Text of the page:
London Pride — Not!

My guess is this: at the very least, some local gay group would plan a rally outside the biggest local fundamentalist church. The participants might not raid the church, as happened at St. Patrick’s in 1989, but there would certainly be a big, loud, boisterous display of strength and of defiance. There would be gay guys dressed as Jesus Christ and as the pope; there would be signs aplenty saying things like “Keep your Bible off my body.” Some of it might go too far.  But no self-respecting gay person would call a peaceful demonstration under such circumstances anti-Christian. They’d recognize it as a warning: This is our neighborhood, too. We won’t let you push us out.

So is that what happened in London in response to the Koran stickers? Not exactly. First, the major gay-rights groups in the area chose not to do anything. So an ad hoc gay group, apparently put together by a few friends and calling itself East End Gay Pride, proposed a gay-pride event for April 2nd.  They invited the major gay groups to join them in organizing it.  They were rebuffed, so they went ahead on their own. The event they planned, it should be said, was decidedly tame in conception. It wouldn’t be a protest rally outside a mosque, but a march through public streets. There would be no signs criticizing Islam or answering back the Koran, and certainly nobody would dress up as Muhammed. The organizers weren’t out to challenge Muslims -- on the contrary, they wanted to put on a congenial display, as if to say, “Hey, we’re here. We’re harmless. We believe in coexistence. We respect you and your religion. We’re your neighbors. Let up on us, OK?”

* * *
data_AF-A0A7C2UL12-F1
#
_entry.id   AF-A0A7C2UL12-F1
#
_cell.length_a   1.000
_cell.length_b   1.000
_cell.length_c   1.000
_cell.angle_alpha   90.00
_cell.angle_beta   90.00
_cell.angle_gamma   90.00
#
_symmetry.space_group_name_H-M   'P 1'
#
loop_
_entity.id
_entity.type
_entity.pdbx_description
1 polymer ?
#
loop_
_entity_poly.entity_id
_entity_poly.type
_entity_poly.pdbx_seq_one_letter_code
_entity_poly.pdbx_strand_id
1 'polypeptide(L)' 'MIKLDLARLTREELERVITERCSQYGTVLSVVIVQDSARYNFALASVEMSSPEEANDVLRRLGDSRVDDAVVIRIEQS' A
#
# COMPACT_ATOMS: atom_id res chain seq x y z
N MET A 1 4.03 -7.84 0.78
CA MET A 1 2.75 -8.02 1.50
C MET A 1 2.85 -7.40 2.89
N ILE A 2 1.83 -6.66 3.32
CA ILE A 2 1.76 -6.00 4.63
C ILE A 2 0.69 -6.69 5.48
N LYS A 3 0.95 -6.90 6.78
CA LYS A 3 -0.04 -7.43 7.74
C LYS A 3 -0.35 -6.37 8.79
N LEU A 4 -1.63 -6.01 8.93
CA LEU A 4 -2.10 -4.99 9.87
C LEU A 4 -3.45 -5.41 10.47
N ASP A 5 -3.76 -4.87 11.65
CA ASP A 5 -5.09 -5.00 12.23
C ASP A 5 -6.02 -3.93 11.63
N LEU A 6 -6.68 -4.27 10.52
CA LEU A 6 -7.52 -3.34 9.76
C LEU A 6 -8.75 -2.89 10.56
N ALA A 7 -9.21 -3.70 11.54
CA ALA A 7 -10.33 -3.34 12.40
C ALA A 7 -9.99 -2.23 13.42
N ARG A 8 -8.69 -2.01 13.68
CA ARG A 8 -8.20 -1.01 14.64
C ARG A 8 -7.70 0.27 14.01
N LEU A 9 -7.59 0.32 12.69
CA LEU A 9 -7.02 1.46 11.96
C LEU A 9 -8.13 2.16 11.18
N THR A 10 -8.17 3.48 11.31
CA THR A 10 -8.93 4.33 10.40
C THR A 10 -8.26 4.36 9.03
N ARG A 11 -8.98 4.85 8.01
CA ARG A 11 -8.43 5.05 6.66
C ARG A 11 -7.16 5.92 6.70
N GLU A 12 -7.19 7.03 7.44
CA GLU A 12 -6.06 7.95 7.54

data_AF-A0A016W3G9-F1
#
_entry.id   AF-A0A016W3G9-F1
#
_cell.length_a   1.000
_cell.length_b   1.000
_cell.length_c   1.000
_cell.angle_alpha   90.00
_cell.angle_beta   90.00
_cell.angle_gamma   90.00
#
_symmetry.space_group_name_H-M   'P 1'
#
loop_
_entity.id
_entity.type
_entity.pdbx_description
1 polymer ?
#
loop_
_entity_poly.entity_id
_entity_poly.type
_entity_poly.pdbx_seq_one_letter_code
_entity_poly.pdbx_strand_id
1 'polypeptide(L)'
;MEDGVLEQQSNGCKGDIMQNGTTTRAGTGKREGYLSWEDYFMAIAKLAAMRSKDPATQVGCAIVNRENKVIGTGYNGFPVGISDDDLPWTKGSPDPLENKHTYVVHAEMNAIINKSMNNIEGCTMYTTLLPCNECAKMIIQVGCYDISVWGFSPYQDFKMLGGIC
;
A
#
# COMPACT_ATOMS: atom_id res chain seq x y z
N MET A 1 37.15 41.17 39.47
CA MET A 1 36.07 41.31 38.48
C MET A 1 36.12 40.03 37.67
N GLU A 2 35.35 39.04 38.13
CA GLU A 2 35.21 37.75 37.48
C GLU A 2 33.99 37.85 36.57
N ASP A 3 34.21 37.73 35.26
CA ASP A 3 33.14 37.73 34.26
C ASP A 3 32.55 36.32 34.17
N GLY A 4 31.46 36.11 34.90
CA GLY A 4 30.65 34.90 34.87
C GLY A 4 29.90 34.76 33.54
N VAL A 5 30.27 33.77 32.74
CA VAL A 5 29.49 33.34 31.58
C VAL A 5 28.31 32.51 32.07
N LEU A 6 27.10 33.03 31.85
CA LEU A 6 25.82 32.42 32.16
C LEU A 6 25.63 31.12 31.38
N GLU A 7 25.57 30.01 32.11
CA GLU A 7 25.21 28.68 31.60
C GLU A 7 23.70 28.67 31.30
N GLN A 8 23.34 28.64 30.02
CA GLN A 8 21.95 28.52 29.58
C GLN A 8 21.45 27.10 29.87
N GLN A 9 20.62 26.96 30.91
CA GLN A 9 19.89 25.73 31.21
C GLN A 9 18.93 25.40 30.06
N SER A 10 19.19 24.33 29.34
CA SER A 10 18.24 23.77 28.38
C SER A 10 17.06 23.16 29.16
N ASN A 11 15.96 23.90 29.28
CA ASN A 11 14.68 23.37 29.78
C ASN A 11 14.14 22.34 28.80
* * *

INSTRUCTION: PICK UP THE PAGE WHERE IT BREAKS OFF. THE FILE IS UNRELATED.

Nonetheless, their plans were immediately attacked by other local gay organizations, principally two groups called OutEast and Rainbow Hamlets, plus the gay Muslim group Imaan. These groups complained that such a march threatened to exacerbate tensions between gays and Muslims. They also suggested that the march was a front for the English Defense League (EDL),  an organization established in 2009 after British troops were publicly harassed by Muslims in Luton, and routinely labeled “far-right” because it opposes sharia law and the Islamization of England. The attacks were relentless and vicious.  On March 15, Imaan revealed that one of the march’s organizers, Raymond Berry, was indeed an EDL member -- whereupon the organizers called off the march.

They explained:

We have found it extremely difficult to deal with the copious amount of personal attacks that are coming mostly from Terry Stewart of OutEast and Jack Gilbert and Rebecca Shaw of Rainbow Hamlets. These individuals have been attacking EEGP from the very beginning, even though OutEast and Rainbow Hamlets, along with Imaan and several other "community groups," were invited to help create the event from day one….The entire EEGP team had nothing but good intentions for this event from the off set. We planned to make it a fun march with no hatred being shown. We even planned on a bigger event next year, dropping the word "gay" from the name and making it a festival for the entire community to show how diverse and tolerant we all are. With the help of Terry Stewart of OutEast and Jack Gilbert and Rebecca Shaw of Rainbow Hamlets, this now looks impossible.

On March 16, the British gay-news website Pink News reported the news. Several hundred readers posted comments. Most of those who chose to comment (and given that this was Pink News, one has to assume that most of them were gay) took the opportunity not to speak up about the virulent hatred for gays preached by Islam but to slam the march’s organizers as racists and Islamophobes.